Color Systems

In consideration of defining your application's Context Colors, there are a number of Color System design philosophies that provide insight on this topic.

This is a rather large topic. You can choose to follow one of these designs, or simply derive your own. Regardless, it is worth a quick review, to get a better feel for some of the concepts.

I do not claim to be an expert on this topic. However a quick web search reveals a few Color Systems:

I am most familiar with Material, where they define:

  • Primary Color:

    A primary color is the color displayed most frequently across your app’s screens and components. It can also be used to accent elements, if you don’t have a secondary color.

    To create contrast between elements, you can use lighter or darker tones of your primary color. The contrast between lighter and darker tones helps show division between surfaces, such as between the status bar and a toolbar.

  • Secondary Color

    A secondary color is used to accent select parts of your UI. It can be complementary or analogous to your primary color, but it should not simply be a light or dark variation of your primary color. It should contrast with elements that surround it and be applied sparingly as an accent.

    Secondary colors are best used for:

    • Buttons, floating action buttons, and button text
    • Text fields, cursors, and text selection
    • Progress bars
    • Selection controls, buttons, and sliders
    • Links
    • Headlines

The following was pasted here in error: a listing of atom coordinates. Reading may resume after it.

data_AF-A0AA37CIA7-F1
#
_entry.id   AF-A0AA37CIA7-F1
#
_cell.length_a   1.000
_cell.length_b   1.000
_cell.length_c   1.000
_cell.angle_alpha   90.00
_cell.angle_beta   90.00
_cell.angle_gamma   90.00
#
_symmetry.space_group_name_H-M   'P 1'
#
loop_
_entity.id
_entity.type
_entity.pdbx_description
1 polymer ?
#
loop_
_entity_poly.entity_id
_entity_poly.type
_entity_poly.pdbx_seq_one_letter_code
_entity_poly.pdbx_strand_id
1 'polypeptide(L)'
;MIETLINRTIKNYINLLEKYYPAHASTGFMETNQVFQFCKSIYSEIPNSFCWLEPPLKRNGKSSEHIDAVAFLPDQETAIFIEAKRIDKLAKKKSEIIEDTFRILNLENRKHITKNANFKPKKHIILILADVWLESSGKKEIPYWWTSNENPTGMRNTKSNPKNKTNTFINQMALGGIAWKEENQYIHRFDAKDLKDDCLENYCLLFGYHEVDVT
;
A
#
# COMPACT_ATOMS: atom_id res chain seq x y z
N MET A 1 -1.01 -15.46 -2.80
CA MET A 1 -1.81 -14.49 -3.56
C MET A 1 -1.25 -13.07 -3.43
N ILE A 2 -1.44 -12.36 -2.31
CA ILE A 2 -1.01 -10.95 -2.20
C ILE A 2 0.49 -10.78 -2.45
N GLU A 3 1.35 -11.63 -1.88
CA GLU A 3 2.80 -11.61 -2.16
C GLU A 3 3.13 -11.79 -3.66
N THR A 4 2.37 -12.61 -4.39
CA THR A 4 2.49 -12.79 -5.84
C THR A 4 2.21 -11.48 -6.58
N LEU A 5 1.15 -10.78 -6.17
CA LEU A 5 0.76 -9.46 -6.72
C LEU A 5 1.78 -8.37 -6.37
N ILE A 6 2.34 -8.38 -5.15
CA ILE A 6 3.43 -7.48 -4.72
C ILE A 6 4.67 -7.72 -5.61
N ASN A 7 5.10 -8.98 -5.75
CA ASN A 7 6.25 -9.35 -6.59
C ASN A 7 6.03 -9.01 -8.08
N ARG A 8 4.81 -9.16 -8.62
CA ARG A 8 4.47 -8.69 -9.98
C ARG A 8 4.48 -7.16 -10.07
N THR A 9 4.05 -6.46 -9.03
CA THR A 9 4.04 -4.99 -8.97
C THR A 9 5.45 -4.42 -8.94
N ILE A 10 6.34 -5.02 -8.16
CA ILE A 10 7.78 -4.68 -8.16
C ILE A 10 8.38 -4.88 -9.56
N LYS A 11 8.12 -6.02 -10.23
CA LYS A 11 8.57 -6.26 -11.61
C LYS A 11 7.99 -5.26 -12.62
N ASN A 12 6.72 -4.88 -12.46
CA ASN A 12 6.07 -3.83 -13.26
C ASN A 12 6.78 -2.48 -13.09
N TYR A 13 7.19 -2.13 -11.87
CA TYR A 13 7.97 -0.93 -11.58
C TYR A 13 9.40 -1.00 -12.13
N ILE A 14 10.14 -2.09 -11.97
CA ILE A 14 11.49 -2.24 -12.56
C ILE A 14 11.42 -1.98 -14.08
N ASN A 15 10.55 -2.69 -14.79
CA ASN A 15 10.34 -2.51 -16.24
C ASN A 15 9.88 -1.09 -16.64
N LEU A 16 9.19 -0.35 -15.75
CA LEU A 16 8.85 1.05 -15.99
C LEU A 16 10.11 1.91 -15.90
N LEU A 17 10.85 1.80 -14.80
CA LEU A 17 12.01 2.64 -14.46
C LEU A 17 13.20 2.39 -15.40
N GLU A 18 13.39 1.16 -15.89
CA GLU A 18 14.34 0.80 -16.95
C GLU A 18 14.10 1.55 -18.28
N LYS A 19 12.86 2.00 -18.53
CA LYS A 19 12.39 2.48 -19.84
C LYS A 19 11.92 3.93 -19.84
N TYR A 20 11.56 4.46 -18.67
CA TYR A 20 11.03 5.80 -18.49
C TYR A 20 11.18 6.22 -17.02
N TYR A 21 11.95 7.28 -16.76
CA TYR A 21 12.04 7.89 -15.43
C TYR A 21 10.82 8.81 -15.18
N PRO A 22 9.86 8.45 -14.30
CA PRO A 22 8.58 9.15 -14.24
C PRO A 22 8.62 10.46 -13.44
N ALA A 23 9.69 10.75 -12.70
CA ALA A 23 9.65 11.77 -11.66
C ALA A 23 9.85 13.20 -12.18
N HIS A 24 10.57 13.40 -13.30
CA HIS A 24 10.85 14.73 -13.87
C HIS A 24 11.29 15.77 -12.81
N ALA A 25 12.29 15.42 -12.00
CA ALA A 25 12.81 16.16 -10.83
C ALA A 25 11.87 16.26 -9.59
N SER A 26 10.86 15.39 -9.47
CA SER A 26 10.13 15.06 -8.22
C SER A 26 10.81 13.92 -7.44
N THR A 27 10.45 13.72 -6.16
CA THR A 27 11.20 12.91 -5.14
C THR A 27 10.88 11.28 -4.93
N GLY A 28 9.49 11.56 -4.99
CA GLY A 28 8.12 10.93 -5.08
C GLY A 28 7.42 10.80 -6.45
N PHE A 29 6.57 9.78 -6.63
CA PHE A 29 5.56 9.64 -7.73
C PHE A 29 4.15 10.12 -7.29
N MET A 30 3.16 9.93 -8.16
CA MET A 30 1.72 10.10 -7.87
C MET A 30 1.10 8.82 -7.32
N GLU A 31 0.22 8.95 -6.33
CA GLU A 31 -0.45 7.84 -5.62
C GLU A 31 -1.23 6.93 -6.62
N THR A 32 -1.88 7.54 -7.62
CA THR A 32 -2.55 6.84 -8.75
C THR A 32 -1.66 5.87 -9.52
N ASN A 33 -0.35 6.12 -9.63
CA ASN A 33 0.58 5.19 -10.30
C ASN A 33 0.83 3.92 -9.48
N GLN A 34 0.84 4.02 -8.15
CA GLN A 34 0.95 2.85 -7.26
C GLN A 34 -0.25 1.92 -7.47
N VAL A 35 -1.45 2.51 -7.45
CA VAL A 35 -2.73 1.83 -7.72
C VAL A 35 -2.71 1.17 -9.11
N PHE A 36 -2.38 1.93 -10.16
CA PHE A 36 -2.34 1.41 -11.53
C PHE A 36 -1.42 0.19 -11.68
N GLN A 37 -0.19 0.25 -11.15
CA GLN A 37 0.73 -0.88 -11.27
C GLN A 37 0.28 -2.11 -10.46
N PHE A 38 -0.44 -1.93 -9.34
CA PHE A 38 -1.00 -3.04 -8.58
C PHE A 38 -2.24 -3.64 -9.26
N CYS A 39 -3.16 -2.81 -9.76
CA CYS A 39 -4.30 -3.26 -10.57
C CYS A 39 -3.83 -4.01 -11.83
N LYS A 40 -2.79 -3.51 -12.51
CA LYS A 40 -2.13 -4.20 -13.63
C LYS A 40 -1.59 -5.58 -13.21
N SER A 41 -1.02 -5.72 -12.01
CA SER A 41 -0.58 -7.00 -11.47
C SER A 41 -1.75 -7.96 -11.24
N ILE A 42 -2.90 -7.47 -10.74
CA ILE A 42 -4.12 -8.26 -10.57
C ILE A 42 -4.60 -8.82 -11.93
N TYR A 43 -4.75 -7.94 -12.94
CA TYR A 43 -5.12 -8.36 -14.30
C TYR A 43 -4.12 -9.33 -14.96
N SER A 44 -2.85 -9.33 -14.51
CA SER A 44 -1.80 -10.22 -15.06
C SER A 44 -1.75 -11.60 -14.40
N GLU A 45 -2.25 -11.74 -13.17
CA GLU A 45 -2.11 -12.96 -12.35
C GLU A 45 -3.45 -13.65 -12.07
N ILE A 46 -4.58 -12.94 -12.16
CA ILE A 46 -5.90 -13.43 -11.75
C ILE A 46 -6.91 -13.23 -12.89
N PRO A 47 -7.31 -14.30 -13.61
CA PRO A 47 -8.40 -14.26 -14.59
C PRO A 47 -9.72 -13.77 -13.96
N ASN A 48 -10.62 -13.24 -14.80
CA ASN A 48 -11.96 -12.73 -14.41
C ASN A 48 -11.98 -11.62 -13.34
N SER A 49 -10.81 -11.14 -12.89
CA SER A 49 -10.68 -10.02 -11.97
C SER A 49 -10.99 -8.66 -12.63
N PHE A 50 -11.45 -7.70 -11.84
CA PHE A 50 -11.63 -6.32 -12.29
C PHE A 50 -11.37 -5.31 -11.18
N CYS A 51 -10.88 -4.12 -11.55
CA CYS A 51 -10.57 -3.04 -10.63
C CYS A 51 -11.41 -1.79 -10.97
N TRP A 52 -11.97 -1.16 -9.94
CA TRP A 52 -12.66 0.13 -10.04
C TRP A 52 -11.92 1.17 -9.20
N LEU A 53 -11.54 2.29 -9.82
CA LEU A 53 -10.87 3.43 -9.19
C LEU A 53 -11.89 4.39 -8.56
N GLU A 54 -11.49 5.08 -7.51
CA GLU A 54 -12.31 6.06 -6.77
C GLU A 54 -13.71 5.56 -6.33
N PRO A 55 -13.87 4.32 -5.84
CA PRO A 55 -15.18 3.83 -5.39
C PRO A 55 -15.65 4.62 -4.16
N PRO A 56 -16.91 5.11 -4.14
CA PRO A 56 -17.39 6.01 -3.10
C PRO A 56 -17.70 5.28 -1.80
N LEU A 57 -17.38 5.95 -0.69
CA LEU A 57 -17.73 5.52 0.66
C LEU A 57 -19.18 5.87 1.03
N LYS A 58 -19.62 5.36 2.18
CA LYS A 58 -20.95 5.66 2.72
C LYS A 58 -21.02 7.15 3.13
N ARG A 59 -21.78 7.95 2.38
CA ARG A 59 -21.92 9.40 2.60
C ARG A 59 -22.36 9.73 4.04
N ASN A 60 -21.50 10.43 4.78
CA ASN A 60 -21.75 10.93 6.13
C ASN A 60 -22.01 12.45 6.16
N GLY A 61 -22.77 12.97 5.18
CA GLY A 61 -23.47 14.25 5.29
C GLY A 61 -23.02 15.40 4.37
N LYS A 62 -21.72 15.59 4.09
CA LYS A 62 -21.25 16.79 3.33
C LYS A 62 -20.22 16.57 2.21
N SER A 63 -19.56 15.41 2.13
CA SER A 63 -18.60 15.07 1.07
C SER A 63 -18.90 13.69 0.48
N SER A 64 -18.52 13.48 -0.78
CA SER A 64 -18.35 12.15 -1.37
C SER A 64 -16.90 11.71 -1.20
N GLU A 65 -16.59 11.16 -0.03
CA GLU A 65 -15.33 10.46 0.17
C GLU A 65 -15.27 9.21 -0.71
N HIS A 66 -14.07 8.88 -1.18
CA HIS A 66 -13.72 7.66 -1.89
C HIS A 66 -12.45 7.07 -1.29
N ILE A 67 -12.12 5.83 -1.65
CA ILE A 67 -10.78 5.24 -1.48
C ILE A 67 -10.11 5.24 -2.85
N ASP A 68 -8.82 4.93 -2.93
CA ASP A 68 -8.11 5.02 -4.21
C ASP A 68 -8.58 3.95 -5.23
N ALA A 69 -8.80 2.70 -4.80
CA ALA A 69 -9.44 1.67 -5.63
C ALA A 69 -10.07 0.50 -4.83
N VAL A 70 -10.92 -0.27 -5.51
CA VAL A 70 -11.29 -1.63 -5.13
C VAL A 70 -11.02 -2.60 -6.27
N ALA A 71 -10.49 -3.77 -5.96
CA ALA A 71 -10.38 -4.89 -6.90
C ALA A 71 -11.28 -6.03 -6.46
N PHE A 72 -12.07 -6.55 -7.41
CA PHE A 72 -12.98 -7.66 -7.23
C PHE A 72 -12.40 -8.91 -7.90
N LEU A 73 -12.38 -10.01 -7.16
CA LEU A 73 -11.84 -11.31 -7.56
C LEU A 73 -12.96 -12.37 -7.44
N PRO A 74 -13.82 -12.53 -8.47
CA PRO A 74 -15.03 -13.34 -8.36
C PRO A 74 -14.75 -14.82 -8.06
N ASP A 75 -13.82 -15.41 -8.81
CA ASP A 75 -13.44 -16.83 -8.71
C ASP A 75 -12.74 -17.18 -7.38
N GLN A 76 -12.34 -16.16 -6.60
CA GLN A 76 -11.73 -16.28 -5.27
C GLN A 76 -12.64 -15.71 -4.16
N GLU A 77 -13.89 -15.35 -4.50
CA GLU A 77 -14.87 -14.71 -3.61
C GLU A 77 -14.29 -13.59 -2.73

Using a secondary color is optional. It’s not necessary if you use variations of your primary color to accent elements.

Color Tools

You can find find a number of interactive tools that will assist you in getting started. This will help define the Context Color structure you wish to use.

As an example, the Material IO Color Config Tool is a sandbox playground that allows you to interact with various colors and see how they look in various scenarios. Once you are happy with your color selection, you can simply translate your chosen colors to "close" colors in the tailwind color pallet.

Accent Colors

Ever wondered how designers find the perfect color combinations? Well there is a formula for that! It uses a color wheel invented by Isaac Newton in 1666!

There are several color combinations that you can use, to ensure your colors are in harmony ... read all about it here: Color theory and the color wheel.

You can use a Color Calculator to assist in the process. Simply seed it with one of tailwind's base colors, calculate your accent color, and translate it back to a "close" tailwind color ... Easy Peasy!

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